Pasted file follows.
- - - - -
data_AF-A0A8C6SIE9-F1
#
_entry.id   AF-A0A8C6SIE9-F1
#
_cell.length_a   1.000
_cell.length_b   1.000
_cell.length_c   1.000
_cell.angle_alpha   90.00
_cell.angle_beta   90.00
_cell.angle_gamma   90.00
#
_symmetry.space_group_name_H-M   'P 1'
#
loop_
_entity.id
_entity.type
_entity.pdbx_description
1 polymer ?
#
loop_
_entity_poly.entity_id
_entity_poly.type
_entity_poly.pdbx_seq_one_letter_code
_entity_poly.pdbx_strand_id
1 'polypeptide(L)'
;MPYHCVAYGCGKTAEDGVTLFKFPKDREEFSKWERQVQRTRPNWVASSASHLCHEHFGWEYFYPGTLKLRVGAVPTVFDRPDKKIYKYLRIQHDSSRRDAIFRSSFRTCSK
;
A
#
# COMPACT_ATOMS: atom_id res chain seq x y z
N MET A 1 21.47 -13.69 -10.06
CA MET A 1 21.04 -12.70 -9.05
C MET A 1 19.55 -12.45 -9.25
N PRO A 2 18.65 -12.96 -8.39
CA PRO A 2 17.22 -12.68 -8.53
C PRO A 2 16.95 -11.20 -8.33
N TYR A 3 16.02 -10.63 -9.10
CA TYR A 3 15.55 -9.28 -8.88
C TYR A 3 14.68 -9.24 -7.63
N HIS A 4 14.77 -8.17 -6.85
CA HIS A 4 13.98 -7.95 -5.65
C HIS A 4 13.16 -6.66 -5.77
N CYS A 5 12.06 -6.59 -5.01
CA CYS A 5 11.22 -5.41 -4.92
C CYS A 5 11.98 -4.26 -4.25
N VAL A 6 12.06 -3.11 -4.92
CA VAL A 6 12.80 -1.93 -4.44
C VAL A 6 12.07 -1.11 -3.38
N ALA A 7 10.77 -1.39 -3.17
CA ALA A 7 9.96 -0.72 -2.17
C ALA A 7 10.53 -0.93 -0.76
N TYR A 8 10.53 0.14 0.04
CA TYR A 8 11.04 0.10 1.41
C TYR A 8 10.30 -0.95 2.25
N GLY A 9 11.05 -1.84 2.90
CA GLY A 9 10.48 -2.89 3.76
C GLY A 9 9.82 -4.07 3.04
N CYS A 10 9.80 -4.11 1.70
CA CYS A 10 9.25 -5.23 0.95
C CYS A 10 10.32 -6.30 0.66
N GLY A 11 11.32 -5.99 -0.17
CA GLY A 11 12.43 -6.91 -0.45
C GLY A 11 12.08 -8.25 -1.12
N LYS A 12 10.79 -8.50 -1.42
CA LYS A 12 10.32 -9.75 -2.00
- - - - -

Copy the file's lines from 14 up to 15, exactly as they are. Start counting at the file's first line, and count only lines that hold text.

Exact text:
loop_
_entity.id